Sweet Itch: Nothing Sweet About It?

Sweet itch, Queensland itch, summer dermatitis, seasonal equine dermatitis, Culicoides hypersensitivity are all terms used interchangeably to describe the allergic skin reaction which occurs in many horses.

The condition is caused by biting midges or gnats (Culicoids). It’s not the actual bite that causes the reaction, but rather the insect’s saliva. Whilst this may not affect some horses, other horses are abnormally sensitive to the midge saliva. 

There are many different species of Culicoides, and although their activity is commonly seasonal, in some regions, they are active year round.

In those horses with sensitivities to Culicoides, there are two types of commonly recognised allergic responses: Type 1 which is an immediate reaction, often resulting in hives; and Type 4, which is a delayed reaction. The reactions are mediated by different chemicals in the body. Horses can experience both Type 1 and Type 4 reactions.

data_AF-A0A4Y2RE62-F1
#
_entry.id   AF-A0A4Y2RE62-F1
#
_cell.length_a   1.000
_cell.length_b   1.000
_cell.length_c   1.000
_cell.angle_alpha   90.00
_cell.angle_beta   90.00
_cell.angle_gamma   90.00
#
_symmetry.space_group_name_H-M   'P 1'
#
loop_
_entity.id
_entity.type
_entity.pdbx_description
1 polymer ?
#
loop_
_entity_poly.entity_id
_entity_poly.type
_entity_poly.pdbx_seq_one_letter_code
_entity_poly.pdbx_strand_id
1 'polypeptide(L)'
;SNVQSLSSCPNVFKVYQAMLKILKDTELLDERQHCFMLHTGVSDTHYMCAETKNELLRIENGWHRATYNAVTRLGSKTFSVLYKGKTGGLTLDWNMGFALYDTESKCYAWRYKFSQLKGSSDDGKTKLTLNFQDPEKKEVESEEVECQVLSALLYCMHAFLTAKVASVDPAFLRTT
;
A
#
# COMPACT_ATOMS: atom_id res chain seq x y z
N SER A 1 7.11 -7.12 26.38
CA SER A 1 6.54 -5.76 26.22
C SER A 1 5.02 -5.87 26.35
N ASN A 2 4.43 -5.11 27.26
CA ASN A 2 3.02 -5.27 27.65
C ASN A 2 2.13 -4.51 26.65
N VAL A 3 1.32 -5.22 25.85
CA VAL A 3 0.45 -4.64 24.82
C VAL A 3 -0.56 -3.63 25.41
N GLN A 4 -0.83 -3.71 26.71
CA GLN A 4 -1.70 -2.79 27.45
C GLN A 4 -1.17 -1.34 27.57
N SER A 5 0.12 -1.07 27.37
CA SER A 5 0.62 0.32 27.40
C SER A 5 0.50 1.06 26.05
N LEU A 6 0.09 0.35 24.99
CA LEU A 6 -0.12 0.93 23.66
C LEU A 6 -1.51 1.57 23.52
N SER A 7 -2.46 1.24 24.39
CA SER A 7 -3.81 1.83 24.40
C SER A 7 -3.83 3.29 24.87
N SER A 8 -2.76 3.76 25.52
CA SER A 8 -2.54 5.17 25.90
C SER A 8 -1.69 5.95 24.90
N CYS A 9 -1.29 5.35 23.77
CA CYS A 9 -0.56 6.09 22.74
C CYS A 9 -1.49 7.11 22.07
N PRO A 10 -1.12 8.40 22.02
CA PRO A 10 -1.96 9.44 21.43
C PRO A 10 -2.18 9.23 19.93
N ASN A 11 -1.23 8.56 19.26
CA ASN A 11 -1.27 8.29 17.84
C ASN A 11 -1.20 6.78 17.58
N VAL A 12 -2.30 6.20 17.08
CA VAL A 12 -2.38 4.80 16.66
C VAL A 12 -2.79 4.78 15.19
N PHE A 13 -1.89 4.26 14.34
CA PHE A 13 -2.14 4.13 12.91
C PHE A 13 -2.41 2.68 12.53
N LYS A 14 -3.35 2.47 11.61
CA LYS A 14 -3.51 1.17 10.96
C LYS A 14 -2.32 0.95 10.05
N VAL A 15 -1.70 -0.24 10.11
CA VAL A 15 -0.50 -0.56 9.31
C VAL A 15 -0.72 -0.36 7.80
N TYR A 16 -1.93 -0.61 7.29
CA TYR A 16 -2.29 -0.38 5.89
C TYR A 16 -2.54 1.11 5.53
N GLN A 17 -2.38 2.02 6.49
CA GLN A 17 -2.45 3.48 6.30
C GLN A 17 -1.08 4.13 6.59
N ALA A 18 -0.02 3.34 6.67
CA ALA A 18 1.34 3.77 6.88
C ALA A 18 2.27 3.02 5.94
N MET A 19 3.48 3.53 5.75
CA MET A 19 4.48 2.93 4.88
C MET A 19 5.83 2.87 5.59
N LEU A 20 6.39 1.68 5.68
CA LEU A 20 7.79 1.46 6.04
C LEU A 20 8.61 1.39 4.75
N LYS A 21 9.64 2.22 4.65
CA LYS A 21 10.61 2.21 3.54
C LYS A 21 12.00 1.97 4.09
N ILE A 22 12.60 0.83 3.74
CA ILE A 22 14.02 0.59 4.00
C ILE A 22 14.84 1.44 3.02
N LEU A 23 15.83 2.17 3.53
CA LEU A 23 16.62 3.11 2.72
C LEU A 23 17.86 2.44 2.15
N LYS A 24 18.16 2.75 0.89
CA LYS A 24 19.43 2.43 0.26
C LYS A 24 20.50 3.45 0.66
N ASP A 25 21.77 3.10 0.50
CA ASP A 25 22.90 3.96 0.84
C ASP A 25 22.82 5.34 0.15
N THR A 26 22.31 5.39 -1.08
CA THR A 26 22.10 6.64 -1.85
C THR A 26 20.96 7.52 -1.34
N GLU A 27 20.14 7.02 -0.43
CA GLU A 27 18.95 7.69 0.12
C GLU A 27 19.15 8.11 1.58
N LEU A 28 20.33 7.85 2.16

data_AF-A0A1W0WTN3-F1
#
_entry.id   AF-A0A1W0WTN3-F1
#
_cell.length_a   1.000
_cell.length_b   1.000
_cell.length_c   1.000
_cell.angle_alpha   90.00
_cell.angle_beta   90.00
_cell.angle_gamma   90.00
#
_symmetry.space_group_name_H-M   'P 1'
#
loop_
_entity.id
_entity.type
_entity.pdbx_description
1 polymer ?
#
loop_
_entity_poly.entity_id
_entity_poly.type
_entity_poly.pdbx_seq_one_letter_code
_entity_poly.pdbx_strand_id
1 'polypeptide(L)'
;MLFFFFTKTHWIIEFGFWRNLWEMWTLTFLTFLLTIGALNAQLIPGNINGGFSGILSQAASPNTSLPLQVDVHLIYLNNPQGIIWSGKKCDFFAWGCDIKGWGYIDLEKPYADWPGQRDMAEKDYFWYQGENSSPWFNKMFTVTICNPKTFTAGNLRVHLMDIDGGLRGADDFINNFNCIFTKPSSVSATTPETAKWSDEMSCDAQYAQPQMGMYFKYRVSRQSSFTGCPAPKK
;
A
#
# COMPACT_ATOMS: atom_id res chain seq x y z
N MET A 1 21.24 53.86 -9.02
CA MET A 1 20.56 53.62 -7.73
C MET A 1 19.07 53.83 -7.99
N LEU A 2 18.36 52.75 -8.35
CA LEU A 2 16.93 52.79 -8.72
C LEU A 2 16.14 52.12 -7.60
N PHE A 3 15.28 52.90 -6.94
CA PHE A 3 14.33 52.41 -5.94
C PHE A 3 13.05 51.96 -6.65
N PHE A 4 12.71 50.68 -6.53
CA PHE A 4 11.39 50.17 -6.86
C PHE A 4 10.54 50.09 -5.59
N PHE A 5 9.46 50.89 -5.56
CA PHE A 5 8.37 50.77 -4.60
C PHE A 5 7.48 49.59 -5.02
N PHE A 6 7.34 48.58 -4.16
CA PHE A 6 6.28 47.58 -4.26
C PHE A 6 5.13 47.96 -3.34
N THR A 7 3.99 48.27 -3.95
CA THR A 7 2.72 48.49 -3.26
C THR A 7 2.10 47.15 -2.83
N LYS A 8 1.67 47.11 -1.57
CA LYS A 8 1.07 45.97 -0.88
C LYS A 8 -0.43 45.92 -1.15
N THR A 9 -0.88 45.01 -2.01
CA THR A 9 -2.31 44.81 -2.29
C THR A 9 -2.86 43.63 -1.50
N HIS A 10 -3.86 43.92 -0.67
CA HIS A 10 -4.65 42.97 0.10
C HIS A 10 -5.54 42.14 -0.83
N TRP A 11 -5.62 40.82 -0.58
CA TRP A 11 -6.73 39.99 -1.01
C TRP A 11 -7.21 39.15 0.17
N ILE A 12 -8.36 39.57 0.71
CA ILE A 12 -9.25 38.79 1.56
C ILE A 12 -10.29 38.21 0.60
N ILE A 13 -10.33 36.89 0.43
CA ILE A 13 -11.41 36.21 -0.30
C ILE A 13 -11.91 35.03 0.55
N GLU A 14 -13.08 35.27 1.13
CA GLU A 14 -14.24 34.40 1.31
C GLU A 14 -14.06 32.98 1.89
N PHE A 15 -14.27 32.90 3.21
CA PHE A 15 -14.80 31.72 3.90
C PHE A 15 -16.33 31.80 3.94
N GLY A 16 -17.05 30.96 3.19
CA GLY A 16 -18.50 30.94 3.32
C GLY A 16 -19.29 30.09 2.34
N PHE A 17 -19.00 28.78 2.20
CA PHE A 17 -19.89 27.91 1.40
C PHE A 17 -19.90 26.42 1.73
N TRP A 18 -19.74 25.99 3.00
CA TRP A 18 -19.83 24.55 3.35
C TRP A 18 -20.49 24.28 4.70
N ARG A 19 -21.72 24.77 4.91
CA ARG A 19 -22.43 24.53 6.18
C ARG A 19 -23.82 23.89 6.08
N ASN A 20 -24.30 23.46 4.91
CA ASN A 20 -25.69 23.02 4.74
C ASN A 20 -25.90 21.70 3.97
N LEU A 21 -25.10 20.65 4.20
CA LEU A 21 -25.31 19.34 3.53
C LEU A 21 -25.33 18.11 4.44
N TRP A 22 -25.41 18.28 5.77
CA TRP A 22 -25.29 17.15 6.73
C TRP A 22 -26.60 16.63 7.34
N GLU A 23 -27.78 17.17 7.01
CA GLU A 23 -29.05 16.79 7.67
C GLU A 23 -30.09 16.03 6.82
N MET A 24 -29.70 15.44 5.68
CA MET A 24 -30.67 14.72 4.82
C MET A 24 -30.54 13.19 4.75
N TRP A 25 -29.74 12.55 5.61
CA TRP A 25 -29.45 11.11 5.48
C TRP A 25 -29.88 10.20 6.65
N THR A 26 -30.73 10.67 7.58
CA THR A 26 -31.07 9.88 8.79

Those horses who experience hypersensitivity reactions to Culicoides are commonly atopic, referring to their genetic tendency to develop various allergic conditions, with heightened immune responses. This in part explains why simply applying various lotions and medications to help ‘treat’ the symptoms are merely a ‘band-aid’ effect as they do not address the underlying atopic cause. 

Atopic conditions are associated with imbalances in T helper 2 and T helper 1 cells (important cells of the immune system).

Whilst minimising exposure (as is feasibly practical) is important, correctly employed ingestive herbal and nutraceutical supplements, used under qualified and experienced guidance can play an incredibly valuable role by regulating T helper 1 and T helper 2 cell balances, thereby helping horses with such sensitivities.

Skin conditions are so often more than skin deep, and without addressing the underlying cause, results will only ever be superficial….

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